From the Power House, we made our way to the main castle building. Construction of Boldt castle began in the early 1900s under the order of millionaire hotel magnate George Boldt. The castle was meant to be a summer home that he was going to give to his wife as a gift. However, Mrs. Boldt passed away suddenly just months before the completion of the castle and the heartbroken Mr. Boldt stopped all construction and never again set foot on the island. Because of this, Heart Island lay vacant for over seventy years.
Today, Boldt Castle and the Boldt Yacht House are owned by The Thousand Islands Bridge Authority. Inside the castle, the main floor and second level have been restored and furniture has been added to show what life would have been like in the castle. The upper levels of the castle remain unfinished. It’s interesting to wander around imagining what the various rooms could have looked liked. The contrast between the finished areas, and the areas with cracked ceilings and studded walls is amazing to witness.
Tip: There is a theater inside the castle that shows a short movie about the history of the castle.
The next stop in our castles in the Thousand Islands tour is the formidable Singer Castle. Like Boldt Castle, Singer Castle is on the United States side of the St. Lawrence River. Unlike Boldt Castle, there is no passport control on Dark Island. As the cruise docks on Dark Island, you are greeted by a tour guide. Singer Castle is privately owned, and visiting the island is a stark contrast to Boldt Castle. Singer Island strictly controls visits. You must remain with a tour guide at all times. Singer Castle is full of priceless works of art, literature, and history. Our group was divided into several groups with more or less 20 people.
There was no wait time and the tour started straight away. We learned that Singer Castle was commissioned by the Bourne Family in 1905. Frederick Bourne was the fifth President of the Singer Sewing Machine Company, which is where the name “Singer Castle” came from. Because of this, many people donate sewing machines which we saw in almost every room of the castle.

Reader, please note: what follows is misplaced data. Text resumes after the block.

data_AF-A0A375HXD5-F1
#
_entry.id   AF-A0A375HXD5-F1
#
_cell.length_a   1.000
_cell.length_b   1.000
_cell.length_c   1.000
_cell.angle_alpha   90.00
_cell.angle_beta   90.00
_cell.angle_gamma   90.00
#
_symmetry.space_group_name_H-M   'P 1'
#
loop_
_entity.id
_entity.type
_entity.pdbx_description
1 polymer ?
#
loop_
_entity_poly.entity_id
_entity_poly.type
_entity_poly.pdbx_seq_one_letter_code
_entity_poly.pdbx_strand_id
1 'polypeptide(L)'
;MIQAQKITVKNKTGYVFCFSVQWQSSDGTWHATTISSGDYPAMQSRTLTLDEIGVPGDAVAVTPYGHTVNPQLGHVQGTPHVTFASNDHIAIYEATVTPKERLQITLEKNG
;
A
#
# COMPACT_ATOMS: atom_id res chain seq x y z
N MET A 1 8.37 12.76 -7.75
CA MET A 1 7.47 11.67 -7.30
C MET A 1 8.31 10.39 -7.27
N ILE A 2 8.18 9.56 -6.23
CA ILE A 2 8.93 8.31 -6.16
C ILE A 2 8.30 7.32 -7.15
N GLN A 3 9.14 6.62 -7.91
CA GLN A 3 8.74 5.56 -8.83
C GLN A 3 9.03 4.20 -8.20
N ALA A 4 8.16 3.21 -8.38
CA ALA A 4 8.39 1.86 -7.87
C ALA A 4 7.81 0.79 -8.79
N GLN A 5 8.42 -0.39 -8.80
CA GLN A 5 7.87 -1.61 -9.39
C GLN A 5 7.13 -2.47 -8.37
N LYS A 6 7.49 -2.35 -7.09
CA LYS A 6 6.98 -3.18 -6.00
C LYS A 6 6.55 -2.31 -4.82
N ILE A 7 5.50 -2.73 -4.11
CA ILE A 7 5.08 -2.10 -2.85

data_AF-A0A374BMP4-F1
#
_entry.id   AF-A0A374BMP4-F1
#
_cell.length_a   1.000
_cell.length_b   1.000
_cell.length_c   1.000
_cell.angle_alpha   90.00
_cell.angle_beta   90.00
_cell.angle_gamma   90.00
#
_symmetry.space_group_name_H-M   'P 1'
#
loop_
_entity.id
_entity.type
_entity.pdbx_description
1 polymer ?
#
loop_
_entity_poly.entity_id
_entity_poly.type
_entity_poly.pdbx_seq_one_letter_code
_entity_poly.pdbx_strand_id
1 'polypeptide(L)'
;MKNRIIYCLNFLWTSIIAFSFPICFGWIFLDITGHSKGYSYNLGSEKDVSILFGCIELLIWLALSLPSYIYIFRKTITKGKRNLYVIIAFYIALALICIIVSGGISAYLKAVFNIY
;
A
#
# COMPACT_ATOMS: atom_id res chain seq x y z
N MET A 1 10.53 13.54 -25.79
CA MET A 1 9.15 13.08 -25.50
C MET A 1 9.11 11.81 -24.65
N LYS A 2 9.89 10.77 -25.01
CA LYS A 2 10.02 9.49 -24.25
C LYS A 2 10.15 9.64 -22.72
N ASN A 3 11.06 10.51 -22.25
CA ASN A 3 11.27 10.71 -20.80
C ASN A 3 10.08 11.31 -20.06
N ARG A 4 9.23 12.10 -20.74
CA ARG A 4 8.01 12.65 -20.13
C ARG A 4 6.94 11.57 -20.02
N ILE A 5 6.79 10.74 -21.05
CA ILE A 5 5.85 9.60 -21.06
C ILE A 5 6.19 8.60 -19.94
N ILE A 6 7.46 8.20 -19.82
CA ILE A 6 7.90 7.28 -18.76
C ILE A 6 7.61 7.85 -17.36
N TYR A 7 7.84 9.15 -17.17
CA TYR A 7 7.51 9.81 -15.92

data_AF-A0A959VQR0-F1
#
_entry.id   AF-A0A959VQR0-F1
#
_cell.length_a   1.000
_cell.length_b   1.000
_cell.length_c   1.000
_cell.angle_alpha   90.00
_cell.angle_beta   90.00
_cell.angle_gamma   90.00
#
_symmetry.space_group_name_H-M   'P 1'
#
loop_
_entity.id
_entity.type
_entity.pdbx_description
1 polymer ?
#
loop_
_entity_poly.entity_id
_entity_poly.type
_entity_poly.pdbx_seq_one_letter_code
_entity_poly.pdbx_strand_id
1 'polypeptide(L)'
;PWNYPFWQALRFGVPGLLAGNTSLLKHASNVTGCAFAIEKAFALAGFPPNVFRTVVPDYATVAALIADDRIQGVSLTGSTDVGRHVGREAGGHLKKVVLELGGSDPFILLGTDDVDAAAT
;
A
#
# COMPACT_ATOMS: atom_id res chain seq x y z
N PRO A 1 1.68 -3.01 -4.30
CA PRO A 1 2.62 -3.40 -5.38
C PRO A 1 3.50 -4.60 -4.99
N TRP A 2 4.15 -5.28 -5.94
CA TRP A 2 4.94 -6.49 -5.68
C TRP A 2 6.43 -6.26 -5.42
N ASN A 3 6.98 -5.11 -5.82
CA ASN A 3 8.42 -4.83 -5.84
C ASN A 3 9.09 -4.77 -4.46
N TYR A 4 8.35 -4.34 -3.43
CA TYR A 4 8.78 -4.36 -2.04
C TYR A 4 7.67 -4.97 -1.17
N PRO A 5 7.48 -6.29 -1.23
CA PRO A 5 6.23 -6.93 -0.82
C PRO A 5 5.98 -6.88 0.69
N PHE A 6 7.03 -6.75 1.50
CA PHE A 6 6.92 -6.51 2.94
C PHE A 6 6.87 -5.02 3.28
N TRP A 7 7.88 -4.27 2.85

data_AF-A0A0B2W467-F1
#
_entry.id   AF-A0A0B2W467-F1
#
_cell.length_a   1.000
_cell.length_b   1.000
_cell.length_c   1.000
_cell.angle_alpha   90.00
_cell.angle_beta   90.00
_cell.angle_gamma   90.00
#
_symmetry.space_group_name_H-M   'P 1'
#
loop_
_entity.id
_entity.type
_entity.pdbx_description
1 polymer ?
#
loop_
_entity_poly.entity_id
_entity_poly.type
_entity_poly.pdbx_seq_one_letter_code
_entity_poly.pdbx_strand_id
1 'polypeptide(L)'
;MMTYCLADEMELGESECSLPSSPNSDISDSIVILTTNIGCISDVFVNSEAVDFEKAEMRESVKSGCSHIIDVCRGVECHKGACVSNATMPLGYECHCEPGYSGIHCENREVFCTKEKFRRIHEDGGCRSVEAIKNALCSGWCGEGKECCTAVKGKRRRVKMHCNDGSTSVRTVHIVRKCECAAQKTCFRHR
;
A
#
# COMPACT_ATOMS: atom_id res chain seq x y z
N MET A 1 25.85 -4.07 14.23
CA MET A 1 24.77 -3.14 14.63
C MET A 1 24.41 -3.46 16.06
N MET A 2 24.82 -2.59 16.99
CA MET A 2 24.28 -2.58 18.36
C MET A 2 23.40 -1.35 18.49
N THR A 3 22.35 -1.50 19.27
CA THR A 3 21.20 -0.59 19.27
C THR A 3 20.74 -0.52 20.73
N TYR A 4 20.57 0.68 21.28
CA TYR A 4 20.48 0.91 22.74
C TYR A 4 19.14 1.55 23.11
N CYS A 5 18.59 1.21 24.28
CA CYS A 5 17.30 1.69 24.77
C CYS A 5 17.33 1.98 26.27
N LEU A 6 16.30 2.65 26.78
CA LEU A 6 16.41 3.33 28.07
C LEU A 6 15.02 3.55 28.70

Tip: Singer castle is beautiful, but because of the strict access control, it may not be an ideal destination for spirited children. While C loved learning from the guide about all the incredible secret passageways, our time with D was spent trying to avoid destroying priceless artifacts.
Unlike Boldt Castle, Singer Castle was fully constructed. Until the 1960s the Bourne family spent their summers on the island. At the time, they called the castle, “The Towers”. The castle interior did not disappoint. D was excited to see all the knights and pointed them out every time he spotted one. C liked peeking into the hidden passageways that were used by the servants to get around the castle. He just couldn’t believe that the walls held hidden doors that would open by pulling a book or pressing a secret button! There was one wing of the castle that we did not explore. This is because it was occupied. That’s right! A portion of Singer Castle is a bed and breakfast. The Royal Suite can sleep up to six people.
Final Thoughts on Visiting Castles in the Thousand Islands
Private boats are able to dock on the islands so it is not necessary to join a cruise. In retrospect, this would have been our preferred method of exploring the castles in the Thousand Islands. Firstly, for Boldt castle, we would not have been confined by the 2-hour limit. Then, we would have been able to visit the Yacht House. Secondly, for Singer castle, all private boats that arrive are still led around by a guide. However, it is more likely the tour will be private or at least very small, making for a more intimate experience. Have you visited the castles in the Thousand Islands? If so, how was your experience?
Having experienced over 20 countries across 4 continents Christina is well versed at travel planning and thrives on sharing that information with others with the hopes of encouraging more families to experience this incredible world that we live in.